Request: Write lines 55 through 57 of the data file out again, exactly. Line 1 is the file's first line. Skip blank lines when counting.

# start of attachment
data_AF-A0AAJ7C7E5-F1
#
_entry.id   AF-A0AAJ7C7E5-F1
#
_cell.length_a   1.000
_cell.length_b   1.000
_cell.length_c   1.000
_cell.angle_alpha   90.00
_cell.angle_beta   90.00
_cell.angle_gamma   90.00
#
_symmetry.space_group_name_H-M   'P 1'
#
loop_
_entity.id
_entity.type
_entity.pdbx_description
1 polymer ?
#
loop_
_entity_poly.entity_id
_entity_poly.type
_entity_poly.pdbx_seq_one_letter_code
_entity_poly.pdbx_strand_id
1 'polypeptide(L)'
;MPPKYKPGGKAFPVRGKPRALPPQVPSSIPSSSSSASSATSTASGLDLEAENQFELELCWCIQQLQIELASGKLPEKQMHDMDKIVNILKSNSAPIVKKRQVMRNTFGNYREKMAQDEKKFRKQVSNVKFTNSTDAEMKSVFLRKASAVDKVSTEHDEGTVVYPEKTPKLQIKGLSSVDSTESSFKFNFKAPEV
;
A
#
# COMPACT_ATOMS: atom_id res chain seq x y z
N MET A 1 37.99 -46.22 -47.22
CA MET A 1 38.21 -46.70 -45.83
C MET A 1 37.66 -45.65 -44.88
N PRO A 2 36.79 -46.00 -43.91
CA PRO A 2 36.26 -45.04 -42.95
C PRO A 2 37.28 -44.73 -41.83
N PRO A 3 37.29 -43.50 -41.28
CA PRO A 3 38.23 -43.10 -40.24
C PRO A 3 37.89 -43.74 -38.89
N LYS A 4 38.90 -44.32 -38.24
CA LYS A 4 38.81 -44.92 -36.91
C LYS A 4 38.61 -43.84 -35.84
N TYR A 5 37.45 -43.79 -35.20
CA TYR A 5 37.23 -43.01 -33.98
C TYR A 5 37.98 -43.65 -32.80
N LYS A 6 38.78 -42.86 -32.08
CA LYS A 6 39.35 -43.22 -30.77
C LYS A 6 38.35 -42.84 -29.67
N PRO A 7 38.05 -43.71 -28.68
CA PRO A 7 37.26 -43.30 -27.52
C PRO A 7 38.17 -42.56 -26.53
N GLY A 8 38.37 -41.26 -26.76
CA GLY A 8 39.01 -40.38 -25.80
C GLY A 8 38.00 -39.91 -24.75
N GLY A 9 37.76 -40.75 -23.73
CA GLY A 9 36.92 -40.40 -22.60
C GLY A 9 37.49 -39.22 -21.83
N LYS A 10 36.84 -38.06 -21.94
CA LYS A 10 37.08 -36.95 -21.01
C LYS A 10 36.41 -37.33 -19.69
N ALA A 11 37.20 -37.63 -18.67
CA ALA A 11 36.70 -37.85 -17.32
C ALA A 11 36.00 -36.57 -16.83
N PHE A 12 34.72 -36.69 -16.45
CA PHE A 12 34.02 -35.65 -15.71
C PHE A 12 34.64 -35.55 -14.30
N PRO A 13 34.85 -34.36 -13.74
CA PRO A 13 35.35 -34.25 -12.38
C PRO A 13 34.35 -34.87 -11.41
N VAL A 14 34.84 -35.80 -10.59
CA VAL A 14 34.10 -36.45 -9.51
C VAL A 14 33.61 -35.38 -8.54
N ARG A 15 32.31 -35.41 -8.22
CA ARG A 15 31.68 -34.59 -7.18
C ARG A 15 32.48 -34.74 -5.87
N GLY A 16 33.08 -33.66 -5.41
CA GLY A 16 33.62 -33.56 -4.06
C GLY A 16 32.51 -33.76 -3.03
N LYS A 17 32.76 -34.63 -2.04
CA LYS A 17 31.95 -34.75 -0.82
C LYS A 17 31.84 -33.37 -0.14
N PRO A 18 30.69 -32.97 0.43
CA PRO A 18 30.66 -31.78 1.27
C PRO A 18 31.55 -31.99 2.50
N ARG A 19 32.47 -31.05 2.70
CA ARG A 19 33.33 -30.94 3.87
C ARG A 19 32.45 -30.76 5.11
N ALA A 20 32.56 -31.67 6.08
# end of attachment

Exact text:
N GLY A 9 37.76 -40.75 -23.73
CA GLY A 9 36.92 -40.40 -22.60
C GLY A 9 37.49 -39.22 -21.83